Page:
Given the relatively strict and limited structure that underlies the African-American genre known as the blues, it is nothing short of astonishing how versatile and fresh the blues can be.
It's simply a matter of educated sleuthing to uncover how blues has informed both jazz and rock and roll from the beginning of each. Even a few symphonic works owe their inspiration to the blues or represent collaborations with an actual blues band.
There are various blues traditions or schools. Chicago Blues is particularly celebrated, particularly the post-war scene recorded by Chess Records and other labels. Major artists recorded in Chicago include Muddy Waters, Howlin' Wolf, Little Walter, Buddy Guy and Junior Wells.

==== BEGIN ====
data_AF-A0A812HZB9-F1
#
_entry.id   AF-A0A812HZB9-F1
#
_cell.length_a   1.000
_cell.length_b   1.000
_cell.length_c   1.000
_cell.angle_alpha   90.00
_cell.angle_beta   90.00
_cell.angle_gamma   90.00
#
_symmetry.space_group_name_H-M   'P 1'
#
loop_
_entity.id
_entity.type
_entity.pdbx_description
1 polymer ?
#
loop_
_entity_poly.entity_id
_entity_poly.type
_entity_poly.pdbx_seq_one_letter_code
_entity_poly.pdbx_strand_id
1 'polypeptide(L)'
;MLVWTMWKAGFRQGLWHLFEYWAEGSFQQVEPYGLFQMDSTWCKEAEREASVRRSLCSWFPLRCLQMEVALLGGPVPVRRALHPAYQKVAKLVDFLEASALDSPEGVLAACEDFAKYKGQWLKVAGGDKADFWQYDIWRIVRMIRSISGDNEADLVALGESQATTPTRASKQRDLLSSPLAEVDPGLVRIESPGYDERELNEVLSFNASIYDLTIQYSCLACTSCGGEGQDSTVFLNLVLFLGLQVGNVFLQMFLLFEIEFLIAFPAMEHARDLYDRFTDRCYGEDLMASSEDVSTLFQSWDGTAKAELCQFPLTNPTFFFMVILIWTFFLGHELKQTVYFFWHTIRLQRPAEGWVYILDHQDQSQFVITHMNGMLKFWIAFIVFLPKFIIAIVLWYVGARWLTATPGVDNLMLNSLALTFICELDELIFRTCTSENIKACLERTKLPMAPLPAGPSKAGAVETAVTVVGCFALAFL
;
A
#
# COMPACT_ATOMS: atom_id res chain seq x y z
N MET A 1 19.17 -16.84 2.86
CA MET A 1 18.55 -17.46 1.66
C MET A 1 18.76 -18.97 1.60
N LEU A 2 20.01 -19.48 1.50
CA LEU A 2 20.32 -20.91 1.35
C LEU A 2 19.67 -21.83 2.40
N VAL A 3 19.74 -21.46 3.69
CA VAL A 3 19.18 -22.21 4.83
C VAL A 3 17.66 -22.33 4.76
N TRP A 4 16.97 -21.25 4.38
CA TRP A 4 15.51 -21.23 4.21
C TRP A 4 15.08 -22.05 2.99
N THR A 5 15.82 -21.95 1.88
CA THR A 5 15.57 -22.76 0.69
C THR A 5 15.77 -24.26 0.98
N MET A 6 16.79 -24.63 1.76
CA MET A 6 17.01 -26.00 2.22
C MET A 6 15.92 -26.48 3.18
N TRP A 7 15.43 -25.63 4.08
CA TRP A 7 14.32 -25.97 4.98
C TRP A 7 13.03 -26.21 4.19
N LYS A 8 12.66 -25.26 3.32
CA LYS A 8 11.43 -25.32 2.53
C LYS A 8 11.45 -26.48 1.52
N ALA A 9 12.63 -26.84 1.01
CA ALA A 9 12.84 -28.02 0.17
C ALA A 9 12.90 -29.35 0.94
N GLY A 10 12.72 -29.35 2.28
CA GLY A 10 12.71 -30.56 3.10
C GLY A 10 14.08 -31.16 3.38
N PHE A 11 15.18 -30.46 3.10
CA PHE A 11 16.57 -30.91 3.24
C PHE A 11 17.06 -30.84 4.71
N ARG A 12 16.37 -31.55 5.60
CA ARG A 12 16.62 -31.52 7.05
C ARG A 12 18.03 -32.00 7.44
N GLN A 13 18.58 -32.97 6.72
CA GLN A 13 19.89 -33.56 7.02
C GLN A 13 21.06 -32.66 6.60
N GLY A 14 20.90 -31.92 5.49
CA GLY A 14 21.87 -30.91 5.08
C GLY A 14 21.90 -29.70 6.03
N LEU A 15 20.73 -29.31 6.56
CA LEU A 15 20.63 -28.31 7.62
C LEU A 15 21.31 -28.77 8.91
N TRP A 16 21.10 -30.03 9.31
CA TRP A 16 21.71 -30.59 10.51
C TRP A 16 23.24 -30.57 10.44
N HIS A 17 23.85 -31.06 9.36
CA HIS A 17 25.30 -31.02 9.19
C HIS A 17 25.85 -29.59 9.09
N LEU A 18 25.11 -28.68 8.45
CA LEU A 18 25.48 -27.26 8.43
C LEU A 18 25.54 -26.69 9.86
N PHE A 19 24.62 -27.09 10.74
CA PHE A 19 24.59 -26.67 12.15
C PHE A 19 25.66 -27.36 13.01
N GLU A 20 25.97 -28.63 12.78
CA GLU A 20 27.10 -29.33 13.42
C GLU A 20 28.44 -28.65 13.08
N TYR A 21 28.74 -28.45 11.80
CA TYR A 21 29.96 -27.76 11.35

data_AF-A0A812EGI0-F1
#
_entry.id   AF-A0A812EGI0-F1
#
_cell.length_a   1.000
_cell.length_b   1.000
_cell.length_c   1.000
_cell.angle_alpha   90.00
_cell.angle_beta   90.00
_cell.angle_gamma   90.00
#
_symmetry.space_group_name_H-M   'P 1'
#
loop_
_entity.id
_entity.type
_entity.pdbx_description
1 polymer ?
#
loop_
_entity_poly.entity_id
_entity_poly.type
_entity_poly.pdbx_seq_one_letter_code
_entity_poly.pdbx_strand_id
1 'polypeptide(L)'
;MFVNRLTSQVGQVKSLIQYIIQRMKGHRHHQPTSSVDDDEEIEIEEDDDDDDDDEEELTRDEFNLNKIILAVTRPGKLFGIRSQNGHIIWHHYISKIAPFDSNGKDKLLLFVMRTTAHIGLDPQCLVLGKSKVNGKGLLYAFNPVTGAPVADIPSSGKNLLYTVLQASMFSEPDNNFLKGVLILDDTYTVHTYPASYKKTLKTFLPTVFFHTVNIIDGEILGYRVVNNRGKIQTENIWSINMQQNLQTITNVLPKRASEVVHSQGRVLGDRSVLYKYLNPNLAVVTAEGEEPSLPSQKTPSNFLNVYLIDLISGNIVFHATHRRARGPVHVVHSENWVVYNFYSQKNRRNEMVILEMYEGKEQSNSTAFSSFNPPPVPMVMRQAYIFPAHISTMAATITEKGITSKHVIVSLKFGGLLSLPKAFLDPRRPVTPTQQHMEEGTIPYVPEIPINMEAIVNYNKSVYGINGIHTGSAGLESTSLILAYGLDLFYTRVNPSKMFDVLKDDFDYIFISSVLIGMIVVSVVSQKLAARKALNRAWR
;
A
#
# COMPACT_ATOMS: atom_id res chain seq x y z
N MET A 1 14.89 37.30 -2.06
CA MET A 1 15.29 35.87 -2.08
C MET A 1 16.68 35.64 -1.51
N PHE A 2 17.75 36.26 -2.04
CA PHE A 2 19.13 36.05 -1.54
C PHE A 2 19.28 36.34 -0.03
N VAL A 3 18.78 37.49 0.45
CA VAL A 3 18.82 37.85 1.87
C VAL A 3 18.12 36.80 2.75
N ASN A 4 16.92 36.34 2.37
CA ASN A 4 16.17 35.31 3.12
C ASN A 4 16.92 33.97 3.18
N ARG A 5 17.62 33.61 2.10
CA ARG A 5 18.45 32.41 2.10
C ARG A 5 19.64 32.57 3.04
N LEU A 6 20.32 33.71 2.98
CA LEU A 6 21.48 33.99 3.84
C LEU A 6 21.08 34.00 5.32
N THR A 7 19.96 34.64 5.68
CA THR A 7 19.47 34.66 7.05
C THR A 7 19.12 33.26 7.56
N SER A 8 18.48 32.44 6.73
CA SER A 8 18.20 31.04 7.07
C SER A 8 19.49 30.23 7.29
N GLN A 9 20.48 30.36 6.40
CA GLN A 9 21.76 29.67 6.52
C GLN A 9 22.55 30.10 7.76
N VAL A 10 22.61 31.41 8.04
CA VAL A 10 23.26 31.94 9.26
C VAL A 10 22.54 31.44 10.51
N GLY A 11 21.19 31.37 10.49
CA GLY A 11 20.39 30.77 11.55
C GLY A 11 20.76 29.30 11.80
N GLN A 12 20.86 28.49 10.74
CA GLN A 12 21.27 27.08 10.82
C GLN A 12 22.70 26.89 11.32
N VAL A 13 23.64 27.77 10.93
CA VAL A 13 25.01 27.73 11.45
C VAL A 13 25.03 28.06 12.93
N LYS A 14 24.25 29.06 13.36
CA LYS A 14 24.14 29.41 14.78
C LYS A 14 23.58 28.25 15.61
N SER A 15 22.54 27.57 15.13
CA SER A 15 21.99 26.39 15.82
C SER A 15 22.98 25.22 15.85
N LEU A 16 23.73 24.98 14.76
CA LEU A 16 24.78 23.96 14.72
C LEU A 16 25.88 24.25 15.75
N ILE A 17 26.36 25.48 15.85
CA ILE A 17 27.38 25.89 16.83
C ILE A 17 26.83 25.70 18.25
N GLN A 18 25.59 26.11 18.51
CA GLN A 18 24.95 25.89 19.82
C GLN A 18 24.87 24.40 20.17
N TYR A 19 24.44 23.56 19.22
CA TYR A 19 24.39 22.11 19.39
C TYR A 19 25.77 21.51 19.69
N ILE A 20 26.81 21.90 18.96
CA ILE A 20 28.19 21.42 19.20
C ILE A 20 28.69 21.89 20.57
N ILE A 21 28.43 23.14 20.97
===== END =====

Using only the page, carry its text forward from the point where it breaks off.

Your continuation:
All these musicians are worthy of study, but this week I wish to focus on a particular Chicago blues artist: J.B. Lenoir. My brother brought home from his college radio station a reel-to-reel tape he had jam-packed with Chess classic albums. And as I absorbed the likes of Sonny Boy Williamson II, Robert Nighthawk, Johnny Shines , and Little Walter, I was especially taken with J.B. Lenoir.